The Weyrfolk of Pern are at the mercy of their dragon companions’ baser instincts. When a female dragon rises to mate with the male who catches her, the corresponding riders are overcome with lust themselves. Compelled by their empathic connection with the creatures — the woman associated with the fertile, golden queen dragon is automatically bound to the man associated with the fastest-flying, often the largest, bronze male dragon. This man, according to Weyr custom — becomes the Weyrleader, based solely on his virile dragon’s reproductive rights.

Um… Eew?

Anne McCaffrey is not an author who is exactly bound by rigid gender roles, so this isn’t a simple case to analyze. The protagonist of her book for young adults, Menolly of Dragonsinger, is a musician struggling to practice her talents in a world where instruments and writing songs are male-dominated activities. The character Mirrim in Dragonquest has aspirations to fight the Thread, even though she is a girl. These and other little clues, here and there, make it apparent that McCaffrey herself probably has feminist-leaning philosophies, which I respect. So what’s with this sexual domination thing? Why does she seem to be implying that a man’s dragon has to “fly a queen” to make him a worthy partner? Or capable of leading?

It’s almost as if McCaffrey’s saying, a woman doesn’t have to be dominated, but all women secretly want to be. Even if a woman is free to do what she chooses in every other aspect, still in sex she is bound to surrender; and that’s okay, as long as the man she’s surrendering to is virile and virtuous. The female characters to whom McCaffrey gives the most favor, anyway, certainly fit this model.

However, Kylara — the sort of bad girl of Dragonquest — does not. Unsatisfied with her weyrleader, she goes off on ambitious escapades, which (not coincidentally) result in the neglect of her dragon’s needs. If a man’s dragon “flying a queen” automatically makes him a worthy partner, then why does Kylara feel that her weyrleader is “so ineffectual”? She longs for a man more powerful and ambitious. Isn’t that understandable, that she would want someone more like herself? Why does the book’s ideology have to punish Kylara’s dragon, the sort of physical manifestation of her inner virtue, for pursuing something that might actually be satisfying to her?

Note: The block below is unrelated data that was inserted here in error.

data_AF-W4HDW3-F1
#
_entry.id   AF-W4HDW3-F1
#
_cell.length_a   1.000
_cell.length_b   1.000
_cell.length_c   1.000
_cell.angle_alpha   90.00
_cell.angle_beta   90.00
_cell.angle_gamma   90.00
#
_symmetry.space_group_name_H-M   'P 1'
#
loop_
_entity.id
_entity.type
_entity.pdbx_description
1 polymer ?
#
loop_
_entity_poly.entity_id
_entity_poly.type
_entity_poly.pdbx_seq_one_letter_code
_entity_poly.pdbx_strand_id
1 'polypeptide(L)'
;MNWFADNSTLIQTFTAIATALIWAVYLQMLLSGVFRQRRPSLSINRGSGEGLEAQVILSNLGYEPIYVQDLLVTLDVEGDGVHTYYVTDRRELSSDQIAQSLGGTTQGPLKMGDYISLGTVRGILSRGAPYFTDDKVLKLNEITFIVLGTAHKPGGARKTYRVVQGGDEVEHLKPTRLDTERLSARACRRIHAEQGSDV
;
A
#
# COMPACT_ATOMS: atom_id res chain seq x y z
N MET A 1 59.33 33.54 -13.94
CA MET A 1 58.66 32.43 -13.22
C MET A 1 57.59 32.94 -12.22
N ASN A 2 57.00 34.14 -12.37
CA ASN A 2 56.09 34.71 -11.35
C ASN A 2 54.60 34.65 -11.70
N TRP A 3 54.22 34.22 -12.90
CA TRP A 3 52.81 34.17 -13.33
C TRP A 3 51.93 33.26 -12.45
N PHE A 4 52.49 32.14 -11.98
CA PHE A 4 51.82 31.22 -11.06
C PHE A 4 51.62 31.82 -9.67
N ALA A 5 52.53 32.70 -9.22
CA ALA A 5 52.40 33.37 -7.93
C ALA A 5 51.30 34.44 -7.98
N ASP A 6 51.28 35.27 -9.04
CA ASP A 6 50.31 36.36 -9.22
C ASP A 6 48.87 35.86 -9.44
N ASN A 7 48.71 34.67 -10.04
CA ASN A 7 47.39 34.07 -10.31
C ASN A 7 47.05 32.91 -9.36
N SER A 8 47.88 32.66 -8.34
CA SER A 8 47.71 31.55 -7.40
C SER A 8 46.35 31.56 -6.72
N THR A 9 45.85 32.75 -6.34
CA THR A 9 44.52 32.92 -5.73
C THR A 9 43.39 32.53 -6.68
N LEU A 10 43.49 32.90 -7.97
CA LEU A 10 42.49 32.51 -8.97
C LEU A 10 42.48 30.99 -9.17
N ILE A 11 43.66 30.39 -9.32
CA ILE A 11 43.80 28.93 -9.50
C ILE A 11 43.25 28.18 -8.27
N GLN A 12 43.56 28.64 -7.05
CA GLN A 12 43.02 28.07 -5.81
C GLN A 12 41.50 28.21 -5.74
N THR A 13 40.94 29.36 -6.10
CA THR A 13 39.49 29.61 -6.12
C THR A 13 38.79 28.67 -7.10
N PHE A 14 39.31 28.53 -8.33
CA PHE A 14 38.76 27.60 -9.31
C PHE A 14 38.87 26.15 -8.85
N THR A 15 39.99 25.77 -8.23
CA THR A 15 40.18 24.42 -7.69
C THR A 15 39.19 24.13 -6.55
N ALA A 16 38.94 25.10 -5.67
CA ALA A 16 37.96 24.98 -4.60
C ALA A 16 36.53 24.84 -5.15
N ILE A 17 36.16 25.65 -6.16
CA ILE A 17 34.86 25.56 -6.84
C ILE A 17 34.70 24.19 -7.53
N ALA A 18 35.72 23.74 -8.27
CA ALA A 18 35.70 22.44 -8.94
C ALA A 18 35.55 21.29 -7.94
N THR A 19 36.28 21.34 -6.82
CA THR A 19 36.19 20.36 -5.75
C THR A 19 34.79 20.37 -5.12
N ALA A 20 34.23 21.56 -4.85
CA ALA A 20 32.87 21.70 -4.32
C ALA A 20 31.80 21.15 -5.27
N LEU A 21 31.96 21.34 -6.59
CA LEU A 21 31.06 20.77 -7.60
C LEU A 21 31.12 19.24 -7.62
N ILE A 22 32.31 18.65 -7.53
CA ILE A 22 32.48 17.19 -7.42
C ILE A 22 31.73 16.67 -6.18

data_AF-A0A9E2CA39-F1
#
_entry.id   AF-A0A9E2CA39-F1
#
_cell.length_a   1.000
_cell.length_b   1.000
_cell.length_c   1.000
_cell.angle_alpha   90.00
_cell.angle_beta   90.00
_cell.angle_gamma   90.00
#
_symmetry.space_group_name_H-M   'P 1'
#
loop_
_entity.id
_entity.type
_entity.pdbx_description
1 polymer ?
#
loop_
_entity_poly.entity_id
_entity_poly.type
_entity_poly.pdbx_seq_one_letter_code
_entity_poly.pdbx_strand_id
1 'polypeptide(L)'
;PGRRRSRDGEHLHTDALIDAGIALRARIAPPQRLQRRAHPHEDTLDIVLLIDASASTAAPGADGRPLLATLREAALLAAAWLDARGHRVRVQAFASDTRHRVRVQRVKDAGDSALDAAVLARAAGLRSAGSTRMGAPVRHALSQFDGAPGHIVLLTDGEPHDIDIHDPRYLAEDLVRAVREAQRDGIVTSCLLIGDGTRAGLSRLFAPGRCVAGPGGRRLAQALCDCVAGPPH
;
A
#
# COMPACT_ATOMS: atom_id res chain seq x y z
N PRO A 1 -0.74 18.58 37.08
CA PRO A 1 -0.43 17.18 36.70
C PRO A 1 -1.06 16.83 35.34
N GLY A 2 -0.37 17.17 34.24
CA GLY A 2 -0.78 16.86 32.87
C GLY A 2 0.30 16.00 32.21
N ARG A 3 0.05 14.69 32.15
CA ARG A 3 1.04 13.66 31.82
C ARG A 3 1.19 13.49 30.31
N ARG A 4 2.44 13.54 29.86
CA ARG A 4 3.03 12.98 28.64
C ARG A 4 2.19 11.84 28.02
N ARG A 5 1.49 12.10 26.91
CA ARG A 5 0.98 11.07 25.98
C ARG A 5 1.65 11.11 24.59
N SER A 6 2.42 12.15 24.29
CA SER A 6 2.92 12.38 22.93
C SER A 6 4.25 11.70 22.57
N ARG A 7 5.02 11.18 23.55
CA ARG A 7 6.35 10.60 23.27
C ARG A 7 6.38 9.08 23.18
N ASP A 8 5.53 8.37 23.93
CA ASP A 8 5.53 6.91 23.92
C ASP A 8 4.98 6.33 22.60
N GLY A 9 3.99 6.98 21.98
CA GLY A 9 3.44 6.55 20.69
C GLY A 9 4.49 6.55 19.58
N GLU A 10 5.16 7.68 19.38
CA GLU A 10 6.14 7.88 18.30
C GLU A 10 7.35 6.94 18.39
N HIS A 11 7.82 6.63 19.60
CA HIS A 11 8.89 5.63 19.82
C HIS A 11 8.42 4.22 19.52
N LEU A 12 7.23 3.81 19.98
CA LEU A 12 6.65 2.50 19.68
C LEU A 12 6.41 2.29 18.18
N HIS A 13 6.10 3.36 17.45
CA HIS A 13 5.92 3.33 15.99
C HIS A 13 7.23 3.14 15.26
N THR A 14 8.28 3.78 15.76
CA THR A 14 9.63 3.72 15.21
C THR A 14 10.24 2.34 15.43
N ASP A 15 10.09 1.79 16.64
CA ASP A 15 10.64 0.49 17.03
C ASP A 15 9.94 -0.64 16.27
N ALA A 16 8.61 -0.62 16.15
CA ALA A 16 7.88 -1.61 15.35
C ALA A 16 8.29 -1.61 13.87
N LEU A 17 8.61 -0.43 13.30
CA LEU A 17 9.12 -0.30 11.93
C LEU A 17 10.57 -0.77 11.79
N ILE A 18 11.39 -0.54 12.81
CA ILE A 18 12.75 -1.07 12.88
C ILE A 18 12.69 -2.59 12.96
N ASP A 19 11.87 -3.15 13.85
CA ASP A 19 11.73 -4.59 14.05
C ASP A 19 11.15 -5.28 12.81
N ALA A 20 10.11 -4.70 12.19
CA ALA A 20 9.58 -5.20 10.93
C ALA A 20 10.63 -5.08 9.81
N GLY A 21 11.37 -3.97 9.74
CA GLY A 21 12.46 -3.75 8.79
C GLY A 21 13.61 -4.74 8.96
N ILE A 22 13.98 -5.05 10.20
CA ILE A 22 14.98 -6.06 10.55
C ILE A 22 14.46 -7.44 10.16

I guess it bothers me whenever a book seems to indicate that physicality somehow necessarily correlates to innate goodness, competence, or quality. Though it’s only the dragon‘s physicality and fertility in question, the fact that it’s tied to a character’s virtue still bugs me; it puts one in mind of a Renaissance or even biblical worldview, where any physical scar must automatically indicate a spiritual curse. Shouldn’t we be done with this way of thinking?

I would argue that the tragedy of Kylara results from the injustice of Weyr custom, not merely her own cattiness. This idea that what her dragon wants is best, which is what McCaffrey seems to indicate… It leaves a lot to be desired. Not to mention the implication that things must go bad when a woman’s prowess goes un-dominated. Barf, barf I say!

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